are no members of the IP multicast address in the subnet and it has
   no explicit knowledge of any need to forward such packets.

4.3.  Transmission of IPoIB Packets

   The encapsulation of IP packets in InfiniBand is described in

   It specifies the use of an 'Ethertype' value [IANA] in all IPoIB
   communication packets.  The link-layer address is comprised of the
   GID and the Queue Pair Number (QPN) [RFC4391].

   To enable IPoIB subnets to span across multiple IB-subnets, the
   specification utilizes the GID as part of the link-layer address.
   Since all packets in IB have to use the Local Identifier (LID), the
   address resolution process has the additional step of resolving the
   destination GID, returned in response to Address Resolution Protocol
   (ARP) / Neighbor Discover (ND) request, to the LID [RFC4391].  This
   phase of address resolution might also be used to determine other
   essential parameters (e.g., the SL, path rate, etc.) for successful
   IB communication between two peers.

   As noted earlier, all communication in the IPoIB subnet derives the
   Q_Key to use from the Q_Key specified in the broadcast group.

4.4.  Reverse Address Resolution Protocol (RARP) and Static ARP Entries

   RARP entries or static ARP entries are based on invariant link
   addresses.  In the case of IPoIB, the link address includes the QPN,
   which might not be constant across reboots or even across network
   interface resets.  Therefore, static ARP entries or RARP server
   entries will only work if the implementation(s) using these options
   can ensure that the QPN associated with an interface is invariant
   across reboots/network resets [RFC4391].

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4.5.  DHCPv4 and IPoIB

   DHCPv4 [RFC2131] utilizes a 'client identifier' field (expected to
   hold the link-layer address) of 16 octets.  The address in the case
   of IPoIB is 20 octets.  To get around this problem, IPoIB specifies
   [RFC4390] that the 'broadcast flag' be used by the client when
   requesting an IP address.

5.  QoS and Related Issues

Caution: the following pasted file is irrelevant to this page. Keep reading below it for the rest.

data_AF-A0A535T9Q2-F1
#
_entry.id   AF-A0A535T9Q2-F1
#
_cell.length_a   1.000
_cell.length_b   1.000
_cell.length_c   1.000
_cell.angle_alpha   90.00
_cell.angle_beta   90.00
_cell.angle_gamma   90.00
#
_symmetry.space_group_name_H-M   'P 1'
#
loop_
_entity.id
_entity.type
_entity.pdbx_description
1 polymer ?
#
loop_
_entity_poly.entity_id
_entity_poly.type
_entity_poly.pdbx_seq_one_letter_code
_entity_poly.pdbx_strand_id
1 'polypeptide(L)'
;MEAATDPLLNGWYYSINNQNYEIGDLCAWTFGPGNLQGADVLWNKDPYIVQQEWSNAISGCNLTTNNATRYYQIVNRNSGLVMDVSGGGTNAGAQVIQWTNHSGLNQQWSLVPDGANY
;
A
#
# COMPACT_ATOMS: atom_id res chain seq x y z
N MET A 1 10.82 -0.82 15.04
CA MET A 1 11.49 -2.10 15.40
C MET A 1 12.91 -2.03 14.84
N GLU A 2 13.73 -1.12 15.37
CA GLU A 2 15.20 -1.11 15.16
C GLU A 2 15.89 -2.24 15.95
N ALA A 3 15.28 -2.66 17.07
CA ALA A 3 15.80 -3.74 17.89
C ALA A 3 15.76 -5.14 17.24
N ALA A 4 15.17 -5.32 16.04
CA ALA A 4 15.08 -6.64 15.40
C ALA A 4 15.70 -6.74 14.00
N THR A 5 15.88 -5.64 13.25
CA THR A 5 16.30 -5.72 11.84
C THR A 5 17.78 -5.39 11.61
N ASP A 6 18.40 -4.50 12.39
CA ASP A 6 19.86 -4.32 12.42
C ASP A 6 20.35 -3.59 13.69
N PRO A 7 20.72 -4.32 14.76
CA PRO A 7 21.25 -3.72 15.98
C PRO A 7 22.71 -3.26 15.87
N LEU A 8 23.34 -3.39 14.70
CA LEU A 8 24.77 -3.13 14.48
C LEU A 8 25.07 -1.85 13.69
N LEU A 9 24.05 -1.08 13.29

The IB specification suggests the use of service levels for load
   balancing, QoS, and deadlock avoidance within an IB subnet.  But the
   IB specification leaves the usage and mode of determination of the SL
   for the application to decide.  The SL and list of SLs are available
   in the SA, but it is up to the endnode's application to choose the
   'right' value.

   Every IPoIB implementation will determine the relevant SL value based
   on its own policy.  No method or process for choosing the SL has been
   defined by the IPoIB standards.

6.  Security Considerations

   This document describes the IB architecture as relevant to IPoIB.  It
   further restates issues specified in other documents.  It does not
   itself specify any requirements.  There are no security issues
   introduces by this document.  IPoIB-related security issues are
   described in [RFC4391] and [RFC4390].

7.  Acknowledgements

   This document has benefited from the comments and suggestions of the
   members of the IPoIB working group and the members of the
   InfiniBand(SM) Trade Association.

8.  References

8.1.  Normative References

   [IB_ARCH]     InfiniBand Architecture Specification, Volume 1,
                 Release 1.2, October, 2004.

   [RFC4391]     Chu, J. and V. Kashyap, "Transmission of IP over
                 InfiniBand (IPoIB)", RFC 4391, April 2006.

   [RFC4390]     Kashyap, V., "Dynamic Host Configuration Protocol
                 (DHCP) over InfiniBand", RFC 4390, April 2006.

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   [RFC2131]     Droms, R., "Dynamic Host Configuration Protocol", RFC
                 2131, March 1997.

8.2.  Informative References

   [RFC3513]     Hinden, R. and S. Deering, "Internet Protocol Version 6
                 (IPv6) Addressing Architecture", RFC 3513, April 2003.

   [RFC2375]     Hinden, R. and S. Deering, "IPv6 Multicast Address
                 Assignments", RFC 2375, July 1998.

   [IANA]        Internet Assigned Numbers Authority, URL

   [RFC1112]     Deering, S., "Host extensions for IP multicasting", STD
                 5, RFC 1112, August 1989.

   [RFC3376]     Cain, B., Deering, S., Kouvelas, I., Fenner, B., and A.
                 Thyagarajan, "Internet Group Management Protocol,
                 Version 3", RFC 3376, October 2002.

   [RFC2710]     Deering, S., Fenner, W., and B. Haberman, "Multicast
                 Listener Discovery (MLD) for IPv6", RFC 2710, October

Author's Address

   Vivek Kashyap
   15450, SW Koll Parkway
   Beaverton, OR 97006

   Phone: +1 503 578 3422